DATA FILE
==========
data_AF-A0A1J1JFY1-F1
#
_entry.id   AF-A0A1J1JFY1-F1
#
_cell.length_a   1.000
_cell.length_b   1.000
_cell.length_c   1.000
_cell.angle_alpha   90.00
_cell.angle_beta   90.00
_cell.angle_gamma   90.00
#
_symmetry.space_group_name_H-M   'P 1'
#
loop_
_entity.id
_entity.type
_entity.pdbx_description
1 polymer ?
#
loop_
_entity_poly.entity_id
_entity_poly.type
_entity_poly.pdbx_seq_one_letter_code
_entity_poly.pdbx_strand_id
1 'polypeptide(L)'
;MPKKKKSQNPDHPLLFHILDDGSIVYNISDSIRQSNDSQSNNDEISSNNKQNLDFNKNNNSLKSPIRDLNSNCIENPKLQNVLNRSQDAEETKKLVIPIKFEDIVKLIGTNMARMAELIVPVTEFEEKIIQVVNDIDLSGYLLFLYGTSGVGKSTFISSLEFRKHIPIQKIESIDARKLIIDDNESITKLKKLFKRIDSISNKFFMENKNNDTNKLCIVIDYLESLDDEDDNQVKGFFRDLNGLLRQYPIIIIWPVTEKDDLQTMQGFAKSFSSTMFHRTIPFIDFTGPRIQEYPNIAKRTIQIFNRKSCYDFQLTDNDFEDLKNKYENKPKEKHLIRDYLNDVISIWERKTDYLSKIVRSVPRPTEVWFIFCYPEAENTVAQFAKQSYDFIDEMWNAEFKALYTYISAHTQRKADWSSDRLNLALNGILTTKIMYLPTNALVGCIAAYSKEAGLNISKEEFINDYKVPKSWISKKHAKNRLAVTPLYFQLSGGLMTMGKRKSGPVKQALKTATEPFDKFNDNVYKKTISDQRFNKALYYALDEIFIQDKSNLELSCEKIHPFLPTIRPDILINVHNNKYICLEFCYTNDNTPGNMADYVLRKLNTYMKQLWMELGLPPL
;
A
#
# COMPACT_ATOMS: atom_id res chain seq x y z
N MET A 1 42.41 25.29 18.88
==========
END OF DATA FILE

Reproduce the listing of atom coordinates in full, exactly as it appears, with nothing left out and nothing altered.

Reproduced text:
data_AF-A0A1J1JFY1-F1
#
_entry.id   AF-A0A1J1JFY1-F1
#
_cell.length_a   1.000
_cell.length_b   1.000
_cell.length_c   1.000
_cell.angle_alpha   90.00
_cell.angle_beta   90.00
_cell.angle_gamma   90.00
#
_symmetry.space_group_name_H-M   'P 1'
#
loop_
_entity.id
_entity.type
_entity.pdbx_description
1 polymer ?
#
loop_
_entity_poly.entity_id
_entity_poly.type
_entity_poly.pdbx_seq_one_letter_code
_entity_poly.pdbx_strand_id
1 'polypeptide(L)'
;MPKKKKSQNPDHPLLFHILDDGSIVYNISDSIRQSNDSQSNNDEISSNNKQNLDFNKNNNSLKSPIRDLNSNCIENPKLQNVLNRSQDAEETKKLVIPIKFEDIVKLIGTNMARMAELIVPVTEFEEKIIQVVNDIDLSGYLLFLYGTSGVGKSTFISSLEFRKHIPIQKIESIDARKLIIDDNESITKLKKLFKRIDSISNKFFMENKNNDTNKLCIVIDYLESLDDEDDNQVKGFFRDLNGLLRQYPIIIIWPVTEKDDLQTMQGFAKSFSSTMFHRTIPFIDFTGPRIQEYPNIAKRTIQIFNRKSCYDFQLTDNDFEDLKNKYENKPKEKHLIRDYLNDVISIWERKTDYLSKIVRSVPRPTEVWFIFCYPEAENTVAQFAKQSYDFIDEMWNAEFKALYTYISAHTQRKADWSSDRLNLALNGILTTKIMYLPTNALVGCIAAYSKEAGLNISKEEFINDYKVPKSWISKKHAKNRLAVTPLYFQLSGGLMTMGKRKSGPVKQALKTATEPFDKFNDNVYKKTISDQRFNKALYYALDEIFIQDKSNLELSCEKIHPFLPTIRPDILINVHNNKYICLEFCYTNDNTPGNMADYVLRKLNTYMKQLWMELGLPPL
;
A
#
# COMPACT_ATOMS: atom_id res chain seq x y z
N MET A 1 42.41 25.29 18.88